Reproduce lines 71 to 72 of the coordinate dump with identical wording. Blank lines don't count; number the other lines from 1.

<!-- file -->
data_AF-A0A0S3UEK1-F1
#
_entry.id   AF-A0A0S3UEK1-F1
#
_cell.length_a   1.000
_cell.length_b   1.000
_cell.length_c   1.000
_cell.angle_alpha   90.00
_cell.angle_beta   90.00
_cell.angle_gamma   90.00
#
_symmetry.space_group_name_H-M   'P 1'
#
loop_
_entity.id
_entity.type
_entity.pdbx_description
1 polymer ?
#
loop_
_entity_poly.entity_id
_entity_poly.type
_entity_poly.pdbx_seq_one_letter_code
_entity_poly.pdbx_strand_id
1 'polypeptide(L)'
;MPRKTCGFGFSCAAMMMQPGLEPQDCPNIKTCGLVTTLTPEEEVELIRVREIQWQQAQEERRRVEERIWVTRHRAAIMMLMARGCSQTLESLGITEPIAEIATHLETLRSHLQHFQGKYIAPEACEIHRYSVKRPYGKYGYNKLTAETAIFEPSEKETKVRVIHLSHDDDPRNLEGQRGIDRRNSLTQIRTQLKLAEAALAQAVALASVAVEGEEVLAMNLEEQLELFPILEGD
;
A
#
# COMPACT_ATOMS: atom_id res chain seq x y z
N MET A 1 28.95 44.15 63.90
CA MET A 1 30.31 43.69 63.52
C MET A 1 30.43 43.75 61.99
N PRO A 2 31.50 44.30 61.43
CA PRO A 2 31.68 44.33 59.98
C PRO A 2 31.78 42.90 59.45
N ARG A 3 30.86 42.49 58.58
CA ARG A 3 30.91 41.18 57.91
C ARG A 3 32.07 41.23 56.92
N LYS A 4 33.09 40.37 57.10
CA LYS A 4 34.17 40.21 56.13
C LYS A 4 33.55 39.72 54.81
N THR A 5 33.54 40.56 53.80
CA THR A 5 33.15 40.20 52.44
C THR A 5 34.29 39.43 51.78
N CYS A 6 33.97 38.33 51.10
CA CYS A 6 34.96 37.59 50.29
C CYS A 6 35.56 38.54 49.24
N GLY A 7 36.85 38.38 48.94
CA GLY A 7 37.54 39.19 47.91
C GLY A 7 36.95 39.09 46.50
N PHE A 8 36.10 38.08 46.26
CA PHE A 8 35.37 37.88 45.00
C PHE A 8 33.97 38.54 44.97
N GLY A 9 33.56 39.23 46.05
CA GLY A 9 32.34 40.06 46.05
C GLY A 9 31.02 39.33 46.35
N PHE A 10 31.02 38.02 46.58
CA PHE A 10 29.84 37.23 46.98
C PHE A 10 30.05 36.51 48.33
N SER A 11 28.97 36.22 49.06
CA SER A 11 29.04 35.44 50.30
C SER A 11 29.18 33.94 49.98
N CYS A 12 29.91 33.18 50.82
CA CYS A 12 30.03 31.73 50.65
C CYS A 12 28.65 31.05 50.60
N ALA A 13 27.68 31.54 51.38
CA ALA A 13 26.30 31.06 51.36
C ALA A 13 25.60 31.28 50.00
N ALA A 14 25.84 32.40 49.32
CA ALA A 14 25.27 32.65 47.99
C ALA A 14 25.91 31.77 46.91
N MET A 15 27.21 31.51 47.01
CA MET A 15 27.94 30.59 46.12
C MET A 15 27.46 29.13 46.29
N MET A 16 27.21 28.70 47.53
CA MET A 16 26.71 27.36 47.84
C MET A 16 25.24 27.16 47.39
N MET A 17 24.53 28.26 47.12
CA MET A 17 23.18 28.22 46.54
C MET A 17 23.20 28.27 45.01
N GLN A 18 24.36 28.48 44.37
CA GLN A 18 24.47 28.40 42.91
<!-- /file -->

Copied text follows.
CA ALA A 14 25.27 32.65 47.99
C ALA A 14 25.91 31.77 46.91